As I had earlier stated, "APPOINTMENT WITH DEATH" is not a bad film. But it is certainly no masterpiece. Let me be frank. It is quite obvious that the look and tone of this production is more akin to television movie feature from "AGATHA CHRISTIE'S POIROT" than a theatrical movie. It is a bit cheap in compare to star Peter Ustinov's previous two Poirot movies and the 1974 one that starred Albert Finney. Some of cast members seemed to be going through the motions in their performances. This especially seemed to be the case for Carrie Fisher, Nicholas Guest, John Gielgud and sadly, Peter Ustinov. And when the star of the film seemed almost too relaxed or uninterested in his performance or the film, there is potential for disaster. What makes this sad is that Ustinov gave a funny and energetic performance for his next role as Detective Fix in the 1989 miniseries, "AROUND THE WORLD IN 80 DAYS". Adding to the film's second-hand look was Pino Donaggio's very disappointing score. Honestly, it was probably the worst movie score for any Agatha Christie's production I have ever heard. It seemed to be 1980s pop music at its cheesiest. And allowing a cheesy 80s pop tune to serve as the main score for a movie set in the late 1930s was one of the worst mistakes that Michael Winner and the other film's producers made.
But all is not lost. At least Winner can claim he directed the better version of Christie's 1938 novel. The television movie adaptation made twenty (20) years later seemed like a total disaster in compare to this film. And the 1988 movie had more virtues. Although the movie's production visuals seemed a bit of a comedown from the Christie movies between 1974 and 1982, production designer John Blezard's work in "APPOINTMENT WITH DEATH" still struck me as pretty solid. I was especially impressed by his work, along with Alan Cassie and Shlomo Tsafrir's set designs and David Gurfinkel's photography during the archeological dig sequence. John Bloomfield's costume designs also struck me as pretty solid, but not exactly mind-blowing. Despite Michael Winner's pedestrian direction and the less-than-spectacular production, I have to admit that Winner, Anthony Shaffer and Peter Buckman did a very admirable job of adapting Christie's novel. I am not saying this because it is more faithful than the 1945 stage play and the 2008 television movie. The three screenwriters made some changes to the plot - including the deletion of one or two characters - but those changes did not harm the story overall.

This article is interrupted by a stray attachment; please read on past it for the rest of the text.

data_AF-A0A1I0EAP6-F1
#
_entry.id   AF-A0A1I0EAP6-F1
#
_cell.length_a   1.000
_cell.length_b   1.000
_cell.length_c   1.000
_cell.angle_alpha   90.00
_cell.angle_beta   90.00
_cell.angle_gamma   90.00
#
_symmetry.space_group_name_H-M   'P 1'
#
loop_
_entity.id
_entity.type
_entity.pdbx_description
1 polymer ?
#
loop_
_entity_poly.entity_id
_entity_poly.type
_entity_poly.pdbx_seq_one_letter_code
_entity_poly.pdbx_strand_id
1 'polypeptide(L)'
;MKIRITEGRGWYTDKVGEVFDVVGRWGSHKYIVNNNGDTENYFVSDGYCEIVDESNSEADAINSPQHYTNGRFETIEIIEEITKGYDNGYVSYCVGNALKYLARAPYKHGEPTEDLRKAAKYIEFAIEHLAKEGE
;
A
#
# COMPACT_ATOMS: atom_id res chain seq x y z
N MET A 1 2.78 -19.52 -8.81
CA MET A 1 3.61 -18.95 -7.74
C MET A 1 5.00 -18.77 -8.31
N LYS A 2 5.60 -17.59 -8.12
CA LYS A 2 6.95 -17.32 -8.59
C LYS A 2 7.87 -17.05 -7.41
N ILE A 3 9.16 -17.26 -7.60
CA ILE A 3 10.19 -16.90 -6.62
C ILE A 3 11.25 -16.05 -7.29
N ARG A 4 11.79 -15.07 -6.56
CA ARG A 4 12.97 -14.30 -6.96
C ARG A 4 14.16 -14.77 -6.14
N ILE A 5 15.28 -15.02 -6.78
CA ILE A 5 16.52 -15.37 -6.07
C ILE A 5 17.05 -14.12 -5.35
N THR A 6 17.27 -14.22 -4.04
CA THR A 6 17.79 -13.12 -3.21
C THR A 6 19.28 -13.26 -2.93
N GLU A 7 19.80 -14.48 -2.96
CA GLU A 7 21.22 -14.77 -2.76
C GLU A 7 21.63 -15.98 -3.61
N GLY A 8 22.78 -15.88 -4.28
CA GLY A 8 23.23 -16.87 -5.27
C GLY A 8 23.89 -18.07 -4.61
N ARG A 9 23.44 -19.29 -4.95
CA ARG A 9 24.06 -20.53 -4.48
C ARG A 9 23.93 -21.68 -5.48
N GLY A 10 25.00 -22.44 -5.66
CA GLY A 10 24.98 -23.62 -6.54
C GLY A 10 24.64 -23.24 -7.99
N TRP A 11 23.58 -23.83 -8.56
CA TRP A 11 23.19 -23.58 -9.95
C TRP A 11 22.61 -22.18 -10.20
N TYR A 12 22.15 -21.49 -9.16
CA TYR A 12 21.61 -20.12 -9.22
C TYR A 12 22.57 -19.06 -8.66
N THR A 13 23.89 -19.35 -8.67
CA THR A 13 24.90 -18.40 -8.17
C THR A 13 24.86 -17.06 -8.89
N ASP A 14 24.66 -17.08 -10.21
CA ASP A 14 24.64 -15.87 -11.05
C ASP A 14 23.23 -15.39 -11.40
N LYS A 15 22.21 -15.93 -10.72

Most of the cast certainly injected a good deal of energy, despite Ustinov, Fisher, Guest and Gielgud's lethargic performances. I was especially impressed by Jenny Seagrove as the stalwart Dr. Sarah King, David Soul's sly performance as the Boyntons' slippery, yet charming attorney Jefferson Cope, and John Terlesky's earnest performance as Raymond Boynton. As far as I am concerned, both Lauren Bacall and Hayley Mills gave the funniest performances in the film. Bacall's hilarious portrayal of the rude and pushy American-born Lady Westholme almost reminded me of her performance as the verbose Mrs. Hubbard from 1974's "MURDER ON THE ORIENT EXPRESS". However, her Lady Westholme struck me as funnier. And Hayley Mills was equally funny as Lady Westholme's impromptu traveling companion, the obsequious Miss Quinton. But the engine that really drove "APPOINTMENT WITH DEATH" turned out to be Piper Laurie's performance as murder victim, Mrs. Emily Boynton. There were moments with Laurie's performance became somewhat hammy. But she did a great job in portraying a manipulative and emotionally sadistic woman with a talent for keeping her stepchildren in line. I found her performance very commanding.
Overall, I would not consider "APPOINTMENT WITH DEATH" to be one of the best movie adaptations of a Christie novel. Heck, I can think of several television movie adaptations that I would view as better. But I believe it is the better of the two adaptations of the 1988 novel. I wish I could say that director Michael Winner and Peter Ustinov's performance as Hercule Poirot contributed a good deal to this movie's production. But it was not that difficult for me to see that Winner is at heart, a mediocre director. And Ustinov's performance seemed at worst, lethargic. And yet, the rest of the cast (aside from two others) and a solid script prevented "APPOINTMENT WITH DEATH" from sinking into a mire of crap. At least for me.
R.I.P. Carrie Fisher (1956-2016)
Monday, January 2, 2017
Below are images from "THE STING", winner of the 1973 Best Picture Oscar winner. Directed by George Roy Hill, the movie starred Paul Newman, Robert Redford and Robert Shaw:
"THE STING" (1973) Photo Gallery